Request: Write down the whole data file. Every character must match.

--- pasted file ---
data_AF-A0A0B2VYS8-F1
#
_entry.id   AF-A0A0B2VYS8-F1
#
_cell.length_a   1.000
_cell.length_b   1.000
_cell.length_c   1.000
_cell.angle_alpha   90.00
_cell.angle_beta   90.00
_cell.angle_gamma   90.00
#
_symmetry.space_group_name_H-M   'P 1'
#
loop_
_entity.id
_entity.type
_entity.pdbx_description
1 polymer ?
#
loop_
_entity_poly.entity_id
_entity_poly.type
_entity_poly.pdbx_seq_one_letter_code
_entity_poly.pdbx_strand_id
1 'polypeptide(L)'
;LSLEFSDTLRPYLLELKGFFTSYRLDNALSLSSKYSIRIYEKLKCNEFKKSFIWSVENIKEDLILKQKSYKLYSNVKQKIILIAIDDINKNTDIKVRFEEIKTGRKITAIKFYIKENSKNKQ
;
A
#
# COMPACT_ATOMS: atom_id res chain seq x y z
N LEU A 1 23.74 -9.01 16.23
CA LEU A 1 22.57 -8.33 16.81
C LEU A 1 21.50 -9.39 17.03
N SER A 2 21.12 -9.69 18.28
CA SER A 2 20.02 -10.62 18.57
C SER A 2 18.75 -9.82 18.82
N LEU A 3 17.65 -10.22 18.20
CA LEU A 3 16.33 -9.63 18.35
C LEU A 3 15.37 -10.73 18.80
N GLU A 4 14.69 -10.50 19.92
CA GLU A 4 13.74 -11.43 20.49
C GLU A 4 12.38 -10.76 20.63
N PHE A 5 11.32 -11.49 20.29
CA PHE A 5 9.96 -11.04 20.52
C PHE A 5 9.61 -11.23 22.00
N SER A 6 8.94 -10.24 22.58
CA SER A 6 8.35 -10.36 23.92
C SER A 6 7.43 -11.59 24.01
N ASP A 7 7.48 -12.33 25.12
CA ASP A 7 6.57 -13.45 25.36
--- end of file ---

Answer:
data_AF-A0A0B2VYS8-F1
#
_entry.id   AF-A0A0B2VYS8-F1
#
_cell.length_a   1.000
_cell.length_b   1.000
_cell.length_c   1.000
_cell.angle_alpha   90.00
_cell.angle_beta   90.00
_cell.angle_gamma   90.00
#
_symmetry.space_group_name_H-M   'P 1'
#
loop_
_entity.id
_entity.type
_entity.pdbx_description
1 polymer ?
#
loop_
_entity_poly.entity_id
_entity_poly.type
_entity_poly.pdbx_seq_one_letter_code
_entity_poly.pdbx_strand_id
1 'polypeptide(L)'
;LSLEFSDTLRPYLLELKGFFTSYRLDNALSLSSKYSIRIYEKLKCNEFKKSFIWSVENIKEDLILKQKSYKLYSNVKQKIILIAIDDINKNTDIKVRFEEIKTGRKITAIKFYIKENSKNKQ
;
A
#
# COMPACT_ATOMS: atom_id res chain seq x y z
N LEU A 1 23.74 -9.01 16.23
CA LEU A 1 22.57 -8.33 16.81
C LEU A 1 21.50 -9.39 17.03
N SER A 2 21.12 -9.69 18.28
CA SER A 2 20.02 -10.62 18.57
C SER A 2 18.75 -9.82 18.82
N LEU A 3 17.65 -10.22 18.20
CA LEU A 3 16.33 -9.63 18.35
C LEU A 3 15.37 -10.73 18.80
N GLU A 4 14.69 -10.50 19.92
CA GLU A 4 13.74 -11.43 20.49
C GLU A 4 12.38 -10.76 20.63
N PHE A 5 11.32 -11.49 20.29
CA PHE A 5 9.96 -11.04 20.52
C PHE A 5 9.61 -11.23 22.00
N SER A 6 8.94 -10.24 22.58
CA SER A 6 8.35 -10.36 23.92
C SER A 6 7.43 -11.59 24.01
N ASP A 7 7.48 -12.33 25.12
CA ASP A 7 6.57 -13.45 25.36